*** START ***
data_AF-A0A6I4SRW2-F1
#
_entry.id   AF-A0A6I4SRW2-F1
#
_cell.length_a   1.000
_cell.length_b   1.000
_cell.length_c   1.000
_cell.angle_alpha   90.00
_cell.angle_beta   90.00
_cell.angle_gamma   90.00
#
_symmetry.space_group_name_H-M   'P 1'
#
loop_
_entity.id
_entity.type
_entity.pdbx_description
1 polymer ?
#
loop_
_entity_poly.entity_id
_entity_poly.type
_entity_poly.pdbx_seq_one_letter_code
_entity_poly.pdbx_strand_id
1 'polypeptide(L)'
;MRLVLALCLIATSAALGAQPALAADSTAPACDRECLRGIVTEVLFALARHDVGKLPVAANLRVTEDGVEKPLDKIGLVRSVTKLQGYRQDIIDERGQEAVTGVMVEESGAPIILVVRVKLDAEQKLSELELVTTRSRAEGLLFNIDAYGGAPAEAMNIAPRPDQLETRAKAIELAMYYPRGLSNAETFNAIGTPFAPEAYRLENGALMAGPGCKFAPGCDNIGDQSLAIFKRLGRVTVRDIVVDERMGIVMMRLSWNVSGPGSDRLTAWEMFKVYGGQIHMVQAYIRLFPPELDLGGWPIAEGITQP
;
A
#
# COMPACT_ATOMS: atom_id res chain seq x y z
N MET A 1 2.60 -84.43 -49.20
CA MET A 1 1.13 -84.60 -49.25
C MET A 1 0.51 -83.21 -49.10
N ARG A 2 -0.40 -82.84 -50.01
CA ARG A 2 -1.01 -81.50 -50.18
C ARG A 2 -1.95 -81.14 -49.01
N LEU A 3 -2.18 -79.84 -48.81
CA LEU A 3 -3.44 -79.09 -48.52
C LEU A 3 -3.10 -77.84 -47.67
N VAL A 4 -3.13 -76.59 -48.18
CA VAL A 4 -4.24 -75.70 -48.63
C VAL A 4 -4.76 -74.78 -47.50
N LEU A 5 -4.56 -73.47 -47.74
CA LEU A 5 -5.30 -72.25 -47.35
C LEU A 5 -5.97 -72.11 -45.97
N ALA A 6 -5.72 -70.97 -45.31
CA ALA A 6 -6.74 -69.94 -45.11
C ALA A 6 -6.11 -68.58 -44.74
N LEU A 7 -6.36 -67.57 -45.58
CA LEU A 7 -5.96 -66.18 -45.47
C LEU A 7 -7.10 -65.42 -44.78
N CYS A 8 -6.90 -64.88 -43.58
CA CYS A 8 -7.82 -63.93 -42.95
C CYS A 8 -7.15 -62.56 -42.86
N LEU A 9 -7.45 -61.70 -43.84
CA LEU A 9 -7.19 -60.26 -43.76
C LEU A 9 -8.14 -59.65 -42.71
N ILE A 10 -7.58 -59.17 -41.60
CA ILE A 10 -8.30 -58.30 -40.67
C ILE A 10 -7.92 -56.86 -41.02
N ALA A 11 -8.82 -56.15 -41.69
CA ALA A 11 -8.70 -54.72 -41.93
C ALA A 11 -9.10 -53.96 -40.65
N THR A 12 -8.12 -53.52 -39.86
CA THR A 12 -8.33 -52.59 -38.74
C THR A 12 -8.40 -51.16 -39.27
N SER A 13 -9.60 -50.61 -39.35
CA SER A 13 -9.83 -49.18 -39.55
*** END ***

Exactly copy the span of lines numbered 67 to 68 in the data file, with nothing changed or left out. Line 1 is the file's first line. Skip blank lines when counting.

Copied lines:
N SER A 13 -9.60 -50.61 -39.35
CA SER A 13 -9.83 -49.18 -39.55